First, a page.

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Buc in Exile

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About Buc in Exile

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  1. 48 bottles = 4 cases = roughly 150 lbs. Phenomenal job!
  2. Nice! As you're coming down the mountain on 219 just turn left on Bell Road before you get to Newberg and my place is a mile down the road. PM me next time you're planning to be in the area - I do all my tastings by appointment so you won't be fighting crowds. Mo Ayoub is quite a character. Makes great wine and does his tastings in his kitchen - definitely my kind of vibe.
  3. Yep - my Chehalem Mountain tasting room looks south so Hood views aren't an option but Parrett Mountain, Dundee Hills, and the Coastal Range are right in your face, and even South Sister and the Eola/Amity Hills are visible on a clear day. Can't beat the Willamette Valley for the sheer volume of rustic destination wine spots.
  4. I'd throw a flag on this even if I weren't in the business. Most Washington grapes come from the east side of the Cascades where it's too hot for pinot but can ripen the big reds. Most Oregon grapes come from the west side and the opposite is true (southern Oregon and the Columbia Gorge are improving on big reds but not up to Washington quality just yet). I just don't think we can really compare the wines against each other and in fact they compliment each other very well - I'd prefer to say both of us are better than California at doing what we do well. 😉
  5. Phil gets an attaboy from me. If you've done your job correctly in the cellar, filtering should only be necessary on wines with residual sugar and that ain't gonna happen on a well made Cab. One of these years I'm going to get the stones to leave my whites and Rose unfiltered as well. Oh yeah, you'll get a crystal clear wine - and kill about half of the flavor in the filtering process.
  6. This is my place: https://bellsupwinery.com/ I'm by appointment because I'm such a tiny producer but I live on site so I'm real flexible on when I can take appointments - shoot me a PM or email and let me know when you want to stop by and we'll make it work!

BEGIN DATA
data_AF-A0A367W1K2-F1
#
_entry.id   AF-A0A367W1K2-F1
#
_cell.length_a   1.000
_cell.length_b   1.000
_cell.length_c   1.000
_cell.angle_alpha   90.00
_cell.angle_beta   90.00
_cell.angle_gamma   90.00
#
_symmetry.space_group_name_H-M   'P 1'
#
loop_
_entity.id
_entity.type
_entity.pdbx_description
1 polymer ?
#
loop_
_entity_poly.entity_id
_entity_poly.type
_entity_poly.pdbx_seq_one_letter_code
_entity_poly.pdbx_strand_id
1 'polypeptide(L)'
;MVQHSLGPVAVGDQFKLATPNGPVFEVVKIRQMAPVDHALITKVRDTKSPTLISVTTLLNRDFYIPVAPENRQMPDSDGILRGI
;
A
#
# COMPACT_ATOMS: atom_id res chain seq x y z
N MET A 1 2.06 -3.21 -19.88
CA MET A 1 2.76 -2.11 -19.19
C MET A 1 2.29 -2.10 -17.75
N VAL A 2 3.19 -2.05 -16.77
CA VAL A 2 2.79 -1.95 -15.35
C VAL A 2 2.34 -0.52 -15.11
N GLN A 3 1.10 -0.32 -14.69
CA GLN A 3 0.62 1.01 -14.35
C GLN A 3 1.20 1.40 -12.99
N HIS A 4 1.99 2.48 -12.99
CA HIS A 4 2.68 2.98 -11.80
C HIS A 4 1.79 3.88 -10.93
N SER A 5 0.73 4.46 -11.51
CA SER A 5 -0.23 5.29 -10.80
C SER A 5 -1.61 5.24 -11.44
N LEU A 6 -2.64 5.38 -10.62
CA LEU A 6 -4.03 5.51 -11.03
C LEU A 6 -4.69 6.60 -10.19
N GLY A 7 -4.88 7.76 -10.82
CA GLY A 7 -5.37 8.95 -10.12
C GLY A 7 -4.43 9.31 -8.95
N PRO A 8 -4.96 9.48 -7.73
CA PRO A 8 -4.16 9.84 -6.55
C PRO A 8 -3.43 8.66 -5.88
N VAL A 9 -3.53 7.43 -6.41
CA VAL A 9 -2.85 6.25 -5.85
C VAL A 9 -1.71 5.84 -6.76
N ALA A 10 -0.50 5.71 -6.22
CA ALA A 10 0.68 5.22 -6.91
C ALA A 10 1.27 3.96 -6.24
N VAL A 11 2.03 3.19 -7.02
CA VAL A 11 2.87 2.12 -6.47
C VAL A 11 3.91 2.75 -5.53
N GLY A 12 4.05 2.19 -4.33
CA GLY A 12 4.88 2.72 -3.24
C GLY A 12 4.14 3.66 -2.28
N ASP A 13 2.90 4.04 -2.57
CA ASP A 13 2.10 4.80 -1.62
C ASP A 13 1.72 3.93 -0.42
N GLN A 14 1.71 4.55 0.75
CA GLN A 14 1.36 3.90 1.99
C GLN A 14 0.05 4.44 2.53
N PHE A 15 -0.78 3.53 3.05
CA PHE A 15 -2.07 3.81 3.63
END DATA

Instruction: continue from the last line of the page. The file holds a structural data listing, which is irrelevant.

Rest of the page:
7. You imagine correctly. There are a lot of farming livelihoods on the line in the Gorge. We've had some ash falling in the Willamette Valley and smoky skies - biggest adjustment I've had to make is moving all tastings inside the barrel room due to air quality but obviously that's nothing compared to what they're facing over there. Latest forecast I've seen is that it's supposed to start improving later today through tomorrow but we'll see.
  8. We have corkage here too (I'm in the Willamette Valley, Oregon) and I always recommend folks grab an extra bottle (even if not from me, from another tasting room) if they're going to have a nice dinner that night.
  9. You were taught well! I don't see as many of these folks as I used to around here (and those folks aren't coming to my place anyway) but they still exist and the pretentiousness is palpable. Always good fodder for industry story telling though.
  10. To add to this, restaurant markups on wine (around these parts at least) are about 250-300%, and I have to take a 40-50% haircut just to get my product in the door. Which is why you won't see many small producers on wine lists outside of their immediate geography. I agree on the issue of lack of distinction between a $30 and a $300 wine - even for snobs. And whatever perceptible taste difference may exist is is highly unlikely to be worth the cost difference.
  11. It's a bit hard to describe and maybe my use of "complex" is unfair. What I read and hear is less about the people but more about what the city itself has to offer (attractions, restaurant scene, culture, etc.). There's a tone I read and hear locally that often comes across as dismissive of Seattle (especially vis a vis Portland) and I don't understand why. They're both great cities - I haven't seen the abrasiveness in the people that you have but have no reason to doubt what you've seen and heard.
  12. I like Seattle a lot. I've never understood the complex many Portlanders have about it. But I REALLY like making Oregon wine so here I am.
  13. I'm not in Portland proper but love living in the area. The impact of the rain is overrated IMO - winter's gray, gloomy, and cold in most of the US. On the other hand, I've never seen a major metropolitan region - that gets regular snow - less able to handle even a dusting of it on the roads.
  14. Well, I'm a little 400 case winery so I don't use distributors but I do ship when the weather allows. Web site is www.bellsupwinery.com for a list of what I currently have in stock and you can drop me an email under the "Contact" tab or a PM if you're interested in ordering. Those 2014 reds will be released in spring once bottle shock has subsided a bit.